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~ What are some common issues or thoughts that trigger panic in people?
Strengths Based Biopsychosocial Approach to Recovery from Panic
Dr. Dawn-Elise Snipes PhD, LPC-MHSP, LMHC, NCC
Executive Director, AllCEUs
~ Define panic
~ Examine how the fight or flight reaction can be corrupted to prompt panic attacks
~ Examine the cognitive, emotional, behavioral, biological sources of the stress reaction
~ Explore a variety of interventions that may assist people in counterconditioning the panic response

How It Impacts Recovery
~ Panic attacks can feel overwhelming
~ Panic attacks are exhausting and can leave people feeling out of control of their own body
~ People can avoid things they have phobias of, but panic attacks seem to come out of the clear blue
~ People with panic attacks often restrict what they do (superstitiously) to avoid panic triggers
~ Awareness of what a panic attack is and what triggers them for each individual is crucial to recovery.

The Body’s Response to Anxiety/Panic
~ We have a primitive response system that protects us from danger “Fight-Flight-Freeze”
~ To prepare to take on the threat, the body sends out “excitatory” signals
~ Increase in heartrate
~ Increase in respiration
~ Numbness or tingling in hands (blood to the core)
~ Sweating (temperature and slipperiness)
~ Pupil Dilation (blurred vision/spots/brightness)
~ Muscle Tension
The Mind’s Response to Panic
~ Oh CRAP!
~ Something bad is going to happen or I wouldn’t be feeling this way
~ Catastrophic thinking— I’m going to
~ Pass out
~ Die
~ Throw up
~ ???
The Panic Cycle
Track Panic Symptoms: Anxiety Log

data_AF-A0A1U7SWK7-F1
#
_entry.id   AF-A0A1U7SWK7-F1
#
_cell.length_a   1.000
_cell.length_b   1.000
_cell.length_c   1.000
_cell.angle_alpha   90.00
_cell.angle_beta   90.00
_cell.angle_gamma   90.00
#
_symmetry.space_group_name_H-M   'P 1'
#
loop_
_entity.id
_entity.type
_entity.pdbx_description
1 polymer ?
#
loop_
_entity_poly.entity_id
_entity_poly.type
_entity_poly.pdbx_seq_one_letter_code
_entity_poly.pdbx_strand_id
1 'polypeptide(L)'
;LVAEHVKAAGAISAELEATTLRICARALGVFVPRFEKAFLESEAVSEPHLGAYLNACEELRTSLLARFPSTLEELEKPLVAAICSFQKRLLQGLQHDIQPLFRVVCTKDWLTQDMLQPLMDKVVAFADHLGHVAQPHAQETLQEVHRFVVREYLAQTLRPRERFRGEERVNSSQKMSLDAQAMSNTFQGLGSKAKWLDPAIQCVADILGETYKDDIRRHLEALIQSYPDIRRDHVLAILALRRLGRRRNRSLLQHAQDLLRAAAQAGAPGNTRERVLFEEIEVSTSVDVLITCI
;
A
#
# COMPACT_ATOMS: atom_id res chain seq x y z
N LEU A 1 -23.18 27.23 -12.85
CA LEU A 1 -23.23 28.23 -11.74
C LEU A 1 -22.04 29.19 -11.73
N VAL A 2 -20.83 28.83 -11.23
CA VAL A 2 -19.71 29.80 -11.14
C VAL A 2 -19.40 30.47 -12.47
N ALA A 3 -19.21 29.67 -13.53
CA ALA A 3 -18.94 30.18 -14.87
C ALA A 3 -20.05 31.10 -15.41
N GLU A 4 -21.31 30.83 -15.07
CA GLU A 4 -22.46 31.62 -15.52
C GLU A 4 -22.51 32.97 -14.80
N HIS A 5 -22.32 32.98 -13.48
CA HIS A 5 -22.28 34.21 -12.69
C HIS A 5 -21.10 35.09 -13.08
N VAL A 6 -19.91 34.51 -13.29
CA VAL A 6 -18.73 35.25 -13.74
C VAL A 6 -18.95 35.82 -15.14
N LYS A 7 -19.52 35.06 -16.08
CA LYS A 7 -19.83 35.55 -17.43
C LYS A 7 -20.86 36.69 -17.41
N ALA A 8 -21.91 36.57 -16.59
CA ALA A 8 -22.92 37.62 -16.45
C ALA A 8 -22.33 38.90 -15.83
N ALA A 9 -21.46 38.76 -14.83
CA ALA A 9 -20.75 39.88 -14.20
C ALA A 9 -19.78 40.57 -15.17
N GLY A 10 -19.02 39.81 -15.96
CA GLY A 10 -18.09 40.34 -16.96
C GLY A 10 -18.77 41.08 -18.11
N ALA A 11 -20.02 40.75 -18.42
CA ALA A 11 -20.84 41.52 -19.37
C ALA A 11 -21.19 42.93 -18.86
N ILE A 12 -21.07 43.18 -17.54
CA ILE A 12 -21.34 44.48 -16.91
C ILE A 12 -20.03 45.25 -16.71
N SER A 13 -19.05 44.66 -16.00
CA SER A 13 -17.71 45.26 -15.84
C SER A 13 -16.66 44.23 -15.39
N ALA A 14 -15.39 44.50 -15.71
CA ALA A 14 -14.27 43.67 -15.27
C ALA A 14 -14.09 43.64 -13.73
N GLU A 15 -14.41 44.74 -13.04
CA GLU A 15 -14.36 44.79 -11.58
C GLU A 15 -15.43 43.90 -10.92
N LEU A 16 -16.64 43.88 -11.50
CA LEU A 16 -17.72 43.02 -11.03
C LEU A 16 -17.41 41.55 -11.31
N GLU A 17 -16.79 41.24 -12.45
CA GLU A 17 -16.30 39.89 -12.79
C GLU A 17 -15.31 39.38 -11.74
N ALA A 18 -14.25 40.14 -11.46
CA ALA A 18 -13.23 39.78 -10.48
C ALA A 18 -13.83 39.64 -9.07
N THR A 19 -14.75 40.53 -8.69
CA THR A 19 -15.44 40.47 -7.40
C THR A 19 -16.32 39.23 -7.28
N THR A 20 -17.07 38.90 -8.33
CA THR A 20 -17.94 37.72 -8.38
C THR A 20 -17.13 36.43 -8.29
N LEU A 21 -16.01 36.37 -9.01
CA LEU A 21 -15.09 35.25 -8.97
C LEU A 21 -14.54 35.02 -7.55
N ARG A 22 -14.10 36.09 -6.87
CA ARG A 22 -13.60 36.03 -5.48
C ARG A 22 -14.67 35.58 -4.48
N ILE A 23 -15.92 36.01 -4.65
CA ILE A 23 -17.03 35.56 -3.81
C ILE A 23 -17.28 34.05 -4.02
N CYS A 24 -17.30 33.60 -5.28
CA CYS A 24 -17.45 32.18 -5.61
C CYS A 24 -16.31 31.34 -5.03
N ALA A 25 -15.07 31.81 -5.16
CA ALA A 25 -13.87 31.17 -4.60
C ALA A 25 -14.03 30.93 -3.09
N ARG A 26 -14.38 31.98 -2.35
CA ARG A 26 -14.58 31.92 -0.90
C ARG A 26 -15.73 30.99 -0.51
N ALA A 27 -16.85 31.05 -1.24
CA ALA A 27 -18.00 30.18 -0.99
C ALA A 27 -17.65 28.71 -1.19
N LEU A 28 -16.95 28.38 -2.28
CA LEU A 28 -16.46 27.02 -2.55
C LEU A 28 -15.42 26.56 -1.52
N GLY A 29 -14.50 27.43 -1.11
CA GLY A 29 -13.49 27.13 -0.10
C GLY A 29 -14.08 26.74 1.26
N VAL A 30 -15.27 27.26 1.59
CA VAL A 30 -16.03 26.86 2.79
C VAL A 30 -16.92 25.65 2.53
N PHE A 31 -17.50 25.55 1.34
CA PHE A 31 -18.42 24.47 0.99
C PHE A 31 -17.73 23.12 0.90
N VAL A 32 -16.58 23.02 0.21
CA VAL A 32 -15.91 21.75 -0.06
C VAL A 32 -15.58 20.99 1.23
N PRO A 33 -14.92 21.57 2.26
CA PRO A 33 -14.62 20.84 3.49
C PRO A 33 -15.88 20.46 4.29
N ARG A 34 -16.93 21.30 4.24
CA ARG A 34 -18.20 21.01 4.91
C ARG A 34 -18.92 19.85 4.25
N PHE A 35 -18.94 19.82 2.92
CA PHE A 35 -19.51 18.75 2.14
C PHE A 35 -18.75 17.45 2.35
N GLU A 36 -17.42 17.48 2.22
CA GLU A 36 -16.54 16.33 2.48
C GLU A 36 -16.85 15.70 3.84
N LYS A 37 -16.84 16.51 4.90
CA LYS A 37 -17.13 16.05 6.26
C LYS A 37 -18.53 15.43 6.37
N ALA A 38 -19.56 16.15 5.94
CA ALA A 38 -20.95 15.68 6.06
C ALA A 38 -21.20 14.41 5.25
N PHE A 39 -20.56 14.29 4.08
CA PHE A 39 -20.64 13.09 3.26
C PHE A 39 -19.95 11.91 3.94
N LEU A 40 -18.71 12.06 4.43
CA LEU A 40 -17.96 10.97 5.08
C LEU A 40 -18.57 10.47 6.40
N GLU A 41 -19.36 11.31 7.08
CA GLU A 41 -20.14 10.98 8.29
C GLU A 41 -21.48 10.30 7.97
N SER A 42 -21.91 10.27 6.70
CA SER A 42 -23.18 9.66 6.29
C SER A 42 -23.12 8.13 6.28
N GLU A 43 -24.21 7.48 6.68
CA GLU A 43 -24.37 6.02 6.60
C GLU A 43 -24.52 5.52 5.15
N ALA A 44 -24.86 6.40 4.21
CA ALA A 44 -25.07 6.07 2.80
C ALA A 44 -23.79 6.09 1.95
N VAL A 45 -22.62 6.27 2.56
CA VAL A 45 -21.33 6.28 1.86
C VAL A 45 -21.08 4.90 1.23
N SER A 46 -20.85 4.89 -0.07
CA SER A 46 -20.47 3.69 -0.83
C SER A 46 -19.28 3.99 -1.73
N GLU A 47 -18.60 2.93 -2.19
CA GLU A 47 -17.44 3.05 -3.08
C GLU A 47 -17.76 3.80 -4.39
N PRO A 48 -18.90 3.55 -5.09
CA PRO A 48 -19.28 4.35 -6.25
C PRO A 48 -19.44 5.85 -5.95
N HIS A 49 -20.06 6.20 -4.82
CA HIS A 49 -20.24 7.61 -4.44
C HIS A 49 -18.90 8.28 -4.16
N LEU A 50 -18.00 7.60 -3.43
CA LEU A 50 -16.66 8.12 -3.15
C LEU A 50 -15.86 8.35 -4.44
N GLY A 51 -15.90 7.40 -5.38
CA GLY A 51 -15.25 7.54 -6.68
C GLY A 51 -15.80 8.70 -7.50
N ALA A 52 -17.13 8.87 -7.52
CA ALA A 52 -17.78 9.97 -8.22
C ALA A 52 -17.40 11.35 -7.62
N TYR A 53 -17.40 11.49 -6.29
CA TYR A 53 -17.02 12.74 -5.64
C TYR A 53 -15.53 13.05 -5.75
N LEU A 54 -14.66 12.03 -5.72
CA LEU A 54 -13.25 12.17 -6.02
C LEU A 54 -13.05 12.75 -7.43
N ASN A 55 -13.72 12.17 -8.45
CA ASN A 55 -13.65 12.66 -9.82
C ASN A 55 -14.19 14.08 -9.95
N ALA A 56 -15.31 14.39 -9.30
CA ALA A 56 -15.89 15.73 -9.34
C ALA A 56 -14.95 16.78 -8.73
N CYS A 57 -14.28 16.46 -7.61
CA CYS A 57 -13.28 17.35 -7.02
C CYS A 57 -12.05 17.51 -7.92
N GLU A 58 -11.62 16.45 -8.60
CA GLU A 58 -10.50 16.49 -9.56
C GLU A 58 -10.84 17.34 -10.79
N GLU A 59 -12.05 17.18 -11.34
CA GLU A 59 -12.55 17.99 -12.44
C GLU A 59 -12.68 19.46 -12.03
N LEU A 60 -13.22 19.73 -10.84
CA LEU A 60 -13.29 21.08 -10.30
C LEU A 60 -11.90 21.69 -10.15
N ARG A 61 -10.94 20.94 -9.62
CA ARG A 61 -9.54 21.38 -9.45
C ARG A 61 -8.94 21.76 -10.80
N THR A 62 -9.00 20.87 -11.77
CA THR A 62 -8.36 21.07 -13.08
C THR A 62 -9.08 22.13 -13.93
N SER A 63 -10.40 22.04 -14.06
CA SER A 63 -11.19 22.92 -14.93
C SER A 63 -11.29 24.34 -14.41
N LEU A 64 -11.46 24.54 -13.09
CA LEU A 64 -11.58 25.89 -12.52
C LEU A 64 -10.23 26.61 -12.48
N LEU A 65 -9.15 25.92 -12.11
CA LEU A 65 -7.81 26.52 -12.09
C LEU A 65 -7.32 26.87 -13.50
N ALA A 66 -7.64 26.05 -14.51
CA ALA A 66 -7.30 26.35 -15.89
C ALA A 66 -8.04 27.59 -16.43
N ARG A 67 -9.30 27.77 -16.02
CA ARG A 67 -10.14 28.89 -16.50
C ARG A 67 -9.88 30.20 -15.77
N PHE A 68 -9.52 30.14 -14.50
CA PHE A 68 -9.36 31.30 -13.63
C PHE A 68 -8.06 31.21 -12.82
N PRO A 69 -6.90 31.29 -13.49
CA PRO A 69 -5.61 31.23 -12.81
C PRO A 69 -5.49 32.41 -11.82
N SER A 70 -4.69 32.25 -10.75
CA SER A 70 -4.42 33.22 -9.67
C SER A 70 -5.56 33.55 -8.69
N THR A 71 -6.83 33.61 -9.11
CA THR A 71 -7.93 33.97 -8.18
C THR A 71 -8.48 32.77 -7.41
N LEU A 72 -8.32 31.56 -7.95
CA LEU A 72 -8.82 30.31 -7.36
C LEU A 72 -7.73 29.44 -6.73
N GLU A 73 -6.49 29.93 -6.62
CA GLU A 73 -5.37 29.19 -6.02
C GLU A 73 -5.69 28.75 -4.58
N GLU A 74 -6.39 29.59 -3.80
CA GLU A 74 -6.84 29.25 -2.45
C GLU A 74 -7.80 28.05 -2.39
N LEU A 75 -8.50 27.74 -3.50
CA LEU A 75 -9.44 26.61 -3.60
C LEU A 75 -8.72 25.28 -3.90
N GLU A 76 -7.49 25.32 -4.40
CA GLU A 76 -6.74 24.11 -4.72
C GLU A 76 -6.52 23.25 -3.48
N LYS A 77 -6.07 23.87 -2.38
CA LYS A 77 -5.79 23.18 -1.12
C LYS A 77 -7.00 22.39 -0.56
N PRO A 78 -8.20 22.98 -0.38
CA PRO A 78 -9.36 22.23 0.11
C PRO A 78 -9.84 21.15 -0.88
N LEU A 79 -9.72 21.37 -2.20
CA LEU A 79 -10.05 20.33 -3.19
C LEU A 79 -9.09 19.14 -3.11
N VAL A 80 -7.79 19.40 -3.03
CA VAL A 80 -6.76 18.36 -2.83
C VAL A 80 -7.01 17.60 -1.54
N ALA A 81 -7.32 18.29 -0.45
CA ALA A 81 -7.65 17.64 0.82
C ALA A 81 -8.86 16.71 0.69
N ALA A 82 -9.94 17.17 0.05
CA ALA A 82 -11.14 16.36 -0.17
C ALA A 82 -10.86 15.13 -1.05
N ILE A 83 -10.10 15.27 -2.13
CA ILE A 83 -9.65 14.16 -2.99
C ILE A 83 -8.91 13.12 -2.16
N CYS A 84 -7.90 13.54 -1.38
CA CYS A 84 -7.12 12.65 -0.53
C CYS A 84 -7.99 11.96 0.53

~ Log your anxiety episodes (not just panic)
~ What were your symptoms
~ Physical
~ Cognitive
~ Emotional
~ What triggered it
~ Why did that trigger it
~ What may have made you more vulnerable to your triggers
~ How can you prevent those in the future?
~ What have you done in the past that might have helped in this situation?
~ Review your log each week to
~ Identify particular situations that might trigger panic and begin to address those
~ Identify times when you are not panicky and increase those
Life Through Panic Colored Glasses
~ If you are hypervigilant about panic triggers, you will find them (Emotional reasoning)
~ Review your Anxiety Log
~ Identify your triggers
~ Make a plan to deal with them
~ Identify vulnerabilities
~ Make a plan to prevent them
Body Awareness | Physical Mindfulness
~ Body Scan
~ What am I experiencing
~ What might be causing it
~ Blood Sugar
~ Stimulants
~ Adrenaline Rush
~ Orthostatic Hypotension
~ Hormones
~ Excitement or Panic
Its only a False Alarm
~ Mindfully attending to panic
~ Feel the sensations (ride the wave)
~ Focus on breathing
~ Use positive self-talk
~ Distract
~ Keep a list of 3 things you can do to distract yourself
~ Pray
~ Sing
~ Call someone
~ Listen to music

~ When the body is on high alert because it is getting stress signals, but you are sitting still, there is a disconnect which causes:
~ An increase in stress chemicals
~ May trigger catastrophic thinking
~ One way to get the mind and body back in synch is to move
~ Providing a reasonable explanation for the increased heartrate and respiration
~ Using the stored energy that has been released to fuel the fight or flight reaction
~ Exercise also releases serotonin (a calming effect)
~ Stimulants, medications and certain supplements can trigger a stress response.
~ Caffeine
~ Decongestants
~ Guarana
~ Hot peppers can trigger indigestion and a stress response (sweating, increased heart rate, difficulty breathing/chest tightness)
~ Low blood sugar can trigger
~ Cold hands
~ Dizziness
~ Trembling
~ Keep your blood sugar steady by minimizing processed sugars/carbohydrates and if appropriate, having a protein with your carbs
~ Drink enough water
~ Explore decaffeinated green tea which is thought to have anti-anxiety effects
Breathing, Meditation and Guided Imagery
~ Interventions
~ Mindful Breathing
~ Combat breathing
~ Aware breathing
~ Body Scan
~ R – Recognize what is happening
~ A – Allow life to be just as it is